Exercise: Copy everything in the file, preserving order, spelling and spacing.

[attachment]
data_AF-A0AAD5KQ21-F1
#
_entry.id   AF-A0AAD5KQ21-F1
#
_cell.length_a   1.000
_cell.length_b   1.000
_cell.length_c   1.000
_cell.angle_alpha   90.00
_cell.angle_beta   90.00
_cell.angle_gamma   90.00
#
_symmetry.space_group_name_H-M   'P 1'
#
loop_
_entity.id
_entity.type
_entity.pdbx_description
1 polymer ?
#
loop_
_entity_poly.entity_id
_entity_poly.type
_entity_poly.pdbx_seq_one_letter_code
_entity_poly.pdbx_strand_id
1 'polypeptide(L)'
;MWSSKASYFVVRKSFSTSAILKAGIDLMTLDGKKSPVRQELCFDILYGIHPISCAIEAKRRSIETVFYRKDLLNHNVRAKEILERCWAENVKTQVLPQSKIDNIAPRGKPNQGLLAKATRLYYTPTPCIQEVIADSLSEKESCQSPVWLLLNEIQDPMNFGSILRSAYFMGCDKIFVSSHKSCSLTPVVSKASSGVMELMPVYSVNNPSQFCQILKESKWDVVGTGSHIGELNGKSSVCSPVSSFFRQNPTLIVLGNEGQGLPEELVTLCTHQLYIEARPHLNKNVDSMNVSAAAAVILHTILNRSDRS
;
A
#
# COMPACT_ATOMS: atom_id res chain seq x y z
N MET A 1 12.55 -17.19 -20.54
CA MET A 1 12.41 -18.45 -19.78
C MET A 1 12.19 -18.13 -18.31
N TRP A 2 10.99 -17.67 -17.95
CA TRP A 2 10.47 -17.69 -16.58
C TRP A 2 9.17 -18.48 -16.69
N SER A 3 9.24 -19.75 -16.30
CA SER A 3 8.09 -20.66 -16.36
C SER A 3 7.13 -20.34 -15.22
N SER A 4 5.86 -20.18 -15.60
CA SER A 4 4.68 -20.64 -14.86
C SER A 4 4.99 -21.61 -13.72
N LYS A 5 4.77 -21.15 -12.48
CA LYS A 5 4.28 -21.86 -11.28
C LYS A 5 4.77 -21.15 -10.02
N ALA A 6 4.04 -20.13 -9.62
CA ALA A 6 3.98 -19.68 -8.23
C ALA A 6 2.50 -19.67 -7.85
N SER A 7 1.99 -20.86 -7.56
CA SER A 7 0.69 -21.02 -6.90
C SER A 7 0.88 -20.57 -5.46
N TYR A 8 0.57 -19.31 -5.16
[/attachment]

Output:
data_AF-A0AAD5KQ21-F1
#
_entry.id   AF-A0AAD5KQ21-F1
#
_cell.length_a   1.000
_cell.length_b   1.000
_cell.length_c   1.000
_cell.angle_alpha   90.00
_cell.angle_beta   90.00
_cell.angle_gamma   90.00
#
_symmetry.space_group_name_H-M   'P 1'
#
loop_
_entity.id
_entity.type
_entity.pdbx_description
1 polymer ?
#
loop_
_entity_poly.entity_id
_entity_poly.type
_entity_poly.pdbx_seq_one_letter_code
_entity_poly.pdbx_strand_id
1 'polypeptide(L)'
;MWSSKASYFVVRKSFSTSAILKAGIDLMTLDGKKSPVRQELCFDILYGIHPISCAIEAKRRSIETVFYRKDLLNHNVRAKEILERCWAENVKTQVLPQSKIDNIAPRGKPNQGLLAKATRLYYTPTPCIQEVIADSLSEKESCQSPVWLLLNEIQDPMNFGSILRSAYFMGCDKIFVSSHKSCSLTPVVSKASSGVMELMPVYSVNNPSQFCQILKESKWDVVGTGSHIGELNGKSSVCSPVSSFFRQNPTLIVLGNEGQGLPEELVTLCTHQLYIEARPHLNKNVDSMNVSAAAAVILHTILNRSDRS
;
A
#
# COMPACT_ATOMS: atom_id res chain seq x y z
N MET A 1 12.55 -17.19 -20.54
CA MET A 1 12.41 -18.45 -19.78
C MET A 1 12.19 -18.13 -18.31
N TRP A 2 10.99 -17.67 -17.95
CA TRP A 2 10.47 -17.69 -16.58
C TRP A 2 9.17 -18.48 -16.69
N SER A 3 9.24 -19.75 -16.30
CA SER A 3 8.09 -20.66 -16.36
C SER A 3 7.13 -20.34 -15.22
N SER A 4 5.86 -20.18 -15.60
CA SER A 4 4.68 -20.64 -14.86
C SER A 4 4.99 -21.61 -13.72
N LYS A 5 4.77 -21.15 -12.48
CA LYS A 5 4.28 -21.86 -11.28
C LYS A 5 4.77 -21.15 -10.02
N ALA A 6 4.04 -20.13 -9.62
CA ALA A 6 3.98 -19.68 -8.23
C ALA A 6 2.50 -19.67 -7.85
N SER A 7 1.99 -20.86 -7.56
CA SER A 7 0.69 -21.02 -6.90
C SER A 7 0.88 -20.57 -5.46
N TYR A 8 0.57 -19.31 -5.16